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Three Books About Cowboys and Indians

Emily Wylie writes and teaches in New York City. On a horse, she's 8 feet tall.
Emily Wylie writes and teaches in New York City. On a horse, she's 8 feet tall.

"Three Books..." is a new series in which we invite writers to recommend three great reads on a single theme.

Maybe it was all that Little House on the Prairie and Hee Haw, but somehow I came out of a New England childhood suspecting that I was meant to be a cowboy or — even better — an Indian; I wasn't fussy. I just knew I'd work better in a life that involved spitting, horse sweat and bacon grease, a milieu with big views and no small talk.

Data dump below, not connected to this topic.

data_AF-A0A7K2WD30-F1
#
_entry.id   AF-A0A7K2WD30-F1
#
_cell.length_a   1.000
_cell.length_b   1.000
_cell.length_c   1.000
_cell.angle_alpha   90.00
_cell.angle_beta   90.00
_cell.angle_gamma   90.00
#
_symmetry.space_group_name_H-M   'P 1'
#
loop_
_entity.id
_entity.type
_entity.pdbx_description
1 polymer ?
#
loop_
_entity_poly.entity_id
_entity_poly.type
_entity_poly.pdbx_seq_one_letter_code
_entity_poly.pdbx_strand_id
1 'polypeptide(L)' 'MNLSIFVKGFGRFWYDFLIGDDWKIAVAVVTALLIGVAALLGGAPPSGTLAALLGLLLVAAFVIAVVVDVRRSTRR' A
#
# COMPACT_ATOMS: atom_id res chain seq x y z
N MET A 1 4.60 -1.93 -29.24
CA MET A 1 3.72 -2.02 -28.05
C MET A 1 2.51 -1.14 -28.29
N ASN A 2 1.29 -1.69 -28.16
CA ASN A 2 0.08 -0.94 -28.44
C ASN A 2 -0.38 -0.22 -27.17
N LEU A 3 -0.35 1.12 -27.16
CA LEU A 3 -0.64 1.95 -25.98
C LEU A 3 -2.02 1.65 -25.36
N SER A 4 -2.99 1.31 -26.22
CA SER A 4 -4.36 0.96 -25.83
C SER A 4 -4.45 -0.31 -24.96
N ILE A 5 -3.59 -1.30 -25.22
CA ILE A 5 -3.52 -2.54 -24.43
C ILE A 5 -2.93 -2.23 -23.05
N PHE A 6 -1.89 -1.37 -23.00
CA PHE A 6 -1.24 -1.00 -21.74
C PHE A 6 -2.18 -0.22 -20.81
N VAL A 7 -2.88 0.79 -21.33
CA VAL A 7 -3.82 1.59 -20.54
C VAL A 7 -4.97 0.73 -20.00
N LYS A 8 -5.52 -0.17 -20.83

So I made my own beef jerky from stolen roast beef and ruined table clothes to make teepees. But it wasn't long before I was all too aware that cowboys chasing Indians was the stuff of sorrow, not fun. I grew up to be the kind of person who says Native American, not Indian — shoot, the kind of person who says milieu. And if there's anything a cowboy doesn't do it's speak French.

But I still live my other life — at least when it comes to books. Here are my picks for three books that will make you feel home on the range.

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